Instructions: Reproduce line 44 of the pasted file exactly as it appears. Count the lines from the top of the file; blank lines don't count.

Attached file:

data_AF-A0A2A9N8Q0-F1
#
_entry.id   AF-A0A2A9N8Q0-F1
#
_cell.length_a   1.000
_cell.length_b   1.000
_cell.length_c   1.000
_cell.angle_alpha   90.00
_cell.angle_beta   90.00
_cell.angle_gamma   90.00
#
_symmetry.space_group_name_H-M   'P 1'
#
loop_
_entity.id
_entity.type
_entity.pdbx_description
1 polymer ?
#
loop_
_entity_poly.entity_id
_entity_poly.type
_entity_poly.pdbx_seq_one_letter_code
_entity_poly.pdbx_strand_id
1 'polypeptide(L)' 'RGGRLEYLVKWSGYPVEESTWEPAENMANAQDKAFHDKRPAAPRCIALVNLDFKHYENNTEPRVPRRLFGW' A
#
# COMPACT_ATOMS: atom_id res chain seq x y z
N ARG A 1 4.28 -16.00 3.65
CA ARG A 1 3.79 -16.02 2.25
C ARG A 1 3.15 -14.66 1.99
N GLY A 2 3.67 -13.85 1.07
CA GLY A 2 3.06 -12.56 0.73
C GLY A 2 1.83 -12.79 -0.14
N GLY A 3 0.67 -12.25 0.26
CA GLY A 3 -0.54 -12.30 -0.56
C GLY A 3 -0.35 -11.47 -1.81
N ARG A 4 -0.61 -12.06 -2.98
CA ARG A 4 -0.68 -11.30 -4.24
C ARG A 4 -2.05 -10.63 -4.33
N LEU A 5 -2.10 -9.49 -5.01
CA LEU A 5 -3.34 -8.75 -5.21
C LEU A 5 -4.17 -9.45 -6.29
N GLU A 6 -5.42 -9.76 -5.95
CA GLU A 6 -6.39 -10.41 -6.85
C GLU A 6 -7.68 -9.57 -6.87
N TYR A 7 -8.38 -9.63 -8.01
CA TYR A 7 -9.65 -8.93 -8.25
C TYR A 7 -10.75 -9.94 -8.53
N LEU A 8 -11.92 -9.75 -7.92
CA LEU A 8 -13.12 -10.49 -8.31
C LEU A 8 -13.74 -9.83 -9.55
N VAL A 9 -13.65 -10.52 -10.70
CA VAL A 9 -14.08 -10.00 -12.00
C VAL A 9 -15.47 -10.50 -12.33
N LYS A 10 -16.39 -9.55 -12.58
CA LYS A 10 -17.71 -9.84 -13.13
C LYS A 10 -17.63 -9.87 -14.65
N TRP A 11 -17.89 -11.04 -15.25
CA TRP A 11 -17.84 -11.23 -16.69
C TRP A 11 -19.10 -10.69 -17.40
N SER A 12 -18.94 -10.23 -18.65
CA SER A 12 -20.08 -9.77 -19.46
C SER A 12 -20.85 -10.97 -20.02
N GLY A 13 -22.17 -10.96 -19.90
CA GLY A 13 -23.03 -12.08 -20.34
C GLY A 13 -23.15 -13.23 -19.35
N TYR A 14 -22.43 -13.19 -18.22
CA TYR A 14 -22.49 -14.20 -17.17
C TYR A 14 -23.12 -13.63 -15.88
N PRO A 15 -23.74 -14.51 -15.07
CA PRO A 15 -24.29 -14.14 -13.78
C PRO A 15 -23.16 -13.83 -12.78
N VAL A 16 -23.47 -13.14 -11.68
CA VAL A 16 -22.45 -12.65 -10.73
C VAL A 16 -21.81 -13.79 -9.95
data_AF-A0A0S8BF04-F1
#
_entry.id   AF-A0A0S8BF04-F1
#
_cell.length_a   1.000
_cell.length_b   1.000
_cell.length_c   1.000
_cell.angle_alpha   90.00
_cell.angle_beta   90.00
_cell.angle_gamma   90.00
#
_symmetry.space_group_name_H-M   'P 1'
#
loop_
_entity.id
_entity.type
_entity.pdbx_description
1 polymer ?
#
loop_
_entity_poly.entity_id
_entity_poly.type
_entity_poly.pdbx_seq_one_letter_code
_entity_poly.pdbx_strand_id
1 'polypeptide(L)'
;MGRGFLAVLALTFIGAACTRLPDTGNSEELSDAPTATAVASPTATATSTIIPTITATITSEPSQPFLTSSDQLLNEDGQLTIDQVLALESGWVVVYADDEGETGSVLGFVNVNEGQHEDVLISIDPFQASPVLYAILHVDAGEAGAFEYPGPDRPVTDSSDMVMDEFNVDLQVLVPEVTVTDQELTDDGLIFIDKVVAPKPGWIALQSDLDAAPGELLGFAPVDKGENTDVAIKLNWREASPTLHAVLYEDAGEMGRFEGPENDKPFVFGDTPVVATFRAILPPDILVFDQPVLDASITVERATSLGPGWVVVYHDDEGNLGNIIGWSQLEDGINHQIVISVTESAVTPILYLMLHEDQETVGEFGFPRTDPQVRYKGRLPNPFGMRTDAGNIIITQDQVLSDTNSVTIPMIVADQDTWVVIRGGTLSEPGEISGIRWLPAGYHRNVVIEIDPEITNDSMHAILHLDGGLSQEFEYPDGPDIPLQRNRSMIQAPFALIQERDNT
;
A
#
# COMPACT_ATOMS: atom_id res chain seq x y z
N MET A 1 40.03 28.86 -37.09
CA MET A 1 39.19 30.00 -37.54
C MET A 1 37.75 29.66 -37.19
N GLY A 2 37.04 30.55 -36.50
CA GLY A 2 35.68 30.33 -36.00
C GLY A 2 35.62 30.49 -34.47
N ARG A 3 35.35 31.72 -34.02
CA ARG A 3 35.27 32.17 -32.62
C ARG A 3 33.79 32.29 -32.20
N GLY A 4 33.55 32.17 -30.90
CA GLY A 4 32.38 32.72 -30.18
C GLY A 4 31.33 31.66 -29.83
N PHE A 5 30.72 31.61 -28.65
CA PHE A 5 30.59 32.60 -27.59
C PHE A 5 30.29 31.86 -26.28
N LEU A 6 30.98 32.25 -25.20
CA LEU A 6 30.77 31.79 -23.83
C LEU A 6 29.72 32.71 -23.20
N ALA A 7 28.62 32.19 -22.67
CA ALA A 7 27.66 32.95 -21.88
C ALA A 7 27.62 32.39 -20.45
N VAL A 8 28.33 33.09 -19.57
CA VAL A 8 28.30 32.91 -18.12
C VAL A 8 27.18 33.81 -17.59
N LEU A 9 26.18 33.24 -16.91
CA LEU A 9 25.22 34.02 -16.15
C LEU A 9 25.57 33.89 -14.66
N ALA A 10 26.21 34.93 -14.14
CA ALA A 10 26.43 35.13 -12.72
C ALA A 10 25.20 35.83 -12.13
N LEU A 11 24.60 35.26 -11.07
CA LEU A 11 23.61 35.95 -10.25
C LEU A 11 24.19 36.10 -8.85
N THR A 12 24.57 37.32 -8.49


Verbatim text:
CA GLU A 6 -6.39 -10.41 -6.85